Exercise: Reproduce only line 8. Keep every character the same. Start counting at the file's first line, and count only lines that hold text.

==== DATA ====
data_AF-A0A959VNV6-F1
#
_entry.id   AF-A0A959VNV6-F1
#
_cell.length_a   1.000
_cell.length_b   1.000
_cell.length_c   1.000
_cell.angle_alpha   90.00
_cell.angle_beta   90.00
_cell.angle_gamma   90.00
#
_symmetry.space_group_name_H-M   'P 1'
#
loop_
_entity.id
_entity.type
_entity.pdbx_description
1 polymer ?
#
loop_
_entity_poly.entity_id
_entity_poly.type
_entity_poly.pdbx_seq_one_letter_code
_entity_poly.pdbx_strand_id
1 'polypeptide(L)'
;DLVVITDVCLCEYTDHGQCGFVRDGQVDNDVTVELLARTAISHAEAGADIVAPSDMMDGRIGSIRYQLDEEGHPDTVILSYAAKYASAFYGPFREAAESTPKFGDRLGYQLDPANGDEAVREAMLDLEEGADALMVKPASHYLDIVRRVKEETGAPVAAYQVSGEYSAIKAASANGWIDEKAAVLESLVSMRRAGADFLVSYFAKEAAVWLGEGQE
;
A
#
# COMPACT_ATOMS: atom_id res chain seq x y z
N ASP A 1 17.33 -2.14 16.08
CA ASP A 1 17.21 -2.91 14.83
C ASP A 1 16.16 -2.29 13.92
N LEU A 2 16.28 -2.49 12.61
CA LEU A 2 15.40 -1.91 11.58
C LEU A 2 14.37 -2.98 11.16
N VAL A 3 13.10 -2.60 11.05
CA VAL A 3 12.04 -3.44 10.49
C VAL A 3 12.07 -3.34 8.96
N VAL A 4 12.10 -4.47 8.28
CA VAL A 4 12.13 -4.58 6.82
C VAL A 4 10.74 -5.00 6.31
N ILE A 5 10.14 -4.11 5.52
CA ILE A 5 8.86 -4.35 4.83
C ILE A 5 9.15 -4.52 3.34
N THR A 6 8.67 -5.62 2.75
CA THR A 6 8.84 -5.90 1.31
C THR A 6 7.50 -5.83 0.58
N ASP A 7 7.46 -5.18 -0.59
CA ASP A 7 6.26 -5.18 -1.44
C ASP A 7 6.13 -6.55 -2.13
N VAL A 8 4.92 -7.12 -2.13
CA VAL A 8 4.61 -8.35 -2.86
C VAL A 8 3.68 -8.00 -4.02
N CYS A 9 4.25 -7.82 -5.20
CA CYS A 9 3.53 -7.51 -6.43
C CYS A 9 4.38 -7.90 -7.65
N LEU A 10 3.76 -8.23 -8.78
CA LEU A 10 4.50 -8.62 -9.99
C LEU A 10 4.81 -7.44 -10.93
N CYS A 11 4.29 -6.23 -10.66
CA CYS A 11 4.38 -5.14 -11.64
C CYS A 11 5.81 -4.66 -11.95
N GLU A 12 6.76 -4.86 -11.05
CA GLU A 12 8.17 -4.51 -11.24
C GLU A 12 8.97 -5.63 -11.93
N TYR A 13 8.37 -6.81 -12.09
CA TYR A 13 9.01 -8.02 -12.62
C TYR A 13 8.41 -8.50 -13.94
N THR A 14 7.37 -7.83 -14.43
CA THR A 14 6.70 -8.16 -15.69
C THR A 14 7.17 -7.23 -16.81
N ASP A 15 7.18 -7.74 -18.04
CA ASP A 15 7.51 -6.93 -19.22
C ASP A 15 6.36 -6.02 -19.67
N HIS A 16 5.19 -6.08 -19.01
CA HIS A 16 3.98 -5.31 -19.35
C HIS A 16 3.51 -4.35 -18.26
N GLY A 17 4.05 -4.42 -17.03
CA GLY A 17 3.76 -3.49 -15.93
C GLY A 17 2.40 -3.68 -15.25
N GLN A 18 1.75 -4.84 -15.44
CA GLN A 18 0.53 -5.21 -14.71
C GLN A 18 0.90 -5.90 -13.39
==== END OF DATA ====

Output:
_cell.angle_alpha   90.00